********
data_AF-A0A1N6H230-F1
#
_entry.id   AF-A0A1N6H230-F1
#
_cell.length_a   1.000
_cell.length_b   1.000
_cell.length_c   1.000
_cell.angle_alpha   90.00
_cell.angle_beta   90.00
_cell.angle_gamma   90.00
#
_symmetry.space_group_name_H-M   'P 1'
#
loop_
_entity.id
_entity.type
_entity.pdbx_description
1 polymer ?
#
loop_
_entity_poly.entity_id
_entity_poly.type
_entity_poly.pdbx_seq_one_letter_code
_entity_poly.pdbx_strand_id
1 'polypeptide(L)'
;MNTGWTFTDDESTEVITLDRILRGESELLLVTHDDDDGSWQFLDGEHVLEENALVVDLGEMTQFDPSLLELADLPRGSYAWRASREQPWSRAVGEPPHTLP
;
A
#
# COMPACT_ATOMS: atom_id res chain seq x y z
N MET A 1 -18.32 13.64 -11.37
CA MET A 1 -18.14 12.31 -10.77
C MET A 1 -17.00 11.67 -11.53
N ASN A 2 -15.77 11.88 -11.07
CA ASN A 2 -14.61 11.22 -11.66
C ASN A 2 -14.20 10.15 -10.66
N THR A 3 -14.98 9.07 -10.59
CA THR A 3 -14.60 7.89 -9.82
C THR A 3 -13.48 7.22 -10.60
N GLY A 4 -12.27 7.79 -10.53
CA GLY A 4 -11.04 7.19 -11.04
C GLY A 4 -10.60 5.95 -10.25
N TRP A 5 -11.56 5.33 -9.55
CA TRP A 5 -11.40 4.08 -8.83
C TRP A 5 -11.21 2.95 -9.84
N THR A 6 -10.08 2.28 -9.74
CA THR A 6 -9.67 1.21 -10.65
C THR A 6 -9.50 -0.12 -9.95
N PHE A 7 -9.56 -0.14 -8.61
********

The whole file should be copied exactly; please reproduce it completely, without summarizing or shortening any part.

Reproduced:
data_AF-A0A1N6H230-F1
#
_entry.id   AF-A0A1N6H230-F1
#
_cell.length_a   1.000
_cell.length_b   1.000
_cell.length_c   1.000
_cell.angle_alpha   90.00
_cell.angle_beta   90.00
_cell.angle_gamma   90.00
#
_symmetry.space_group_name_H-M   'P 1'
#
loop_
_entity.id
_entity.type
_entity.pdbx_description
1 polymer ?
#
loop_
_entity_poly.entity_id
_entity_poly.type
_entity_poly.pdbx_seq_one_letter_code
_entity_poly.pdbx_strand_id
1 'polypeptide(L)'
;MNTGWTFTDDESTEVITLDRILRGESELLLVTHDDDDGSWQFLDGEHVLEENALVVDLGEMTQFDPSLLELADLPRGSYAWRASREQPWSRAVGEPPHTLP
;
A
#
# COMPACT_ATOMS: atom_id res chain seq x y z
N MET A 1 -18.32 13.64 -11.37
CA MET A 1 -18.14 12.31 -10.77
C MET A 1 -17.00 11.67 -11.53
N ASN A 2 -15.77 11.88 -11.07
CA ASN A 2 -14.61 11.22 -11.66
C ASN A 2 -14.20 10.15 -10.66
N THR A 3 -14.98 9.07 -10.59
CA THR A 3 -14.60 7.89 -9.82
C THR A 3 -13.48 7.22 -10.60
N GLY A 4 -12.27 7.79 -10.53
CA GLY A 4 -11.04 7.19 -11.04
C GLY A 4 -10.60 5.95 -10.25
N TRP A 5 -11.56 5.33 -9.55
CA TRP A 5 -11.40 4.08 -8.83
C TRP A 5 -11.21 2.95 -9.84
N THR A 6 -10.08 2.28 -9.74
CA THR A 6 -9.67 1.21 -10.65
C THR A 6 -9.50 -0.12 -9.95
N PHE A 7 -9.56 -0.14 -8.61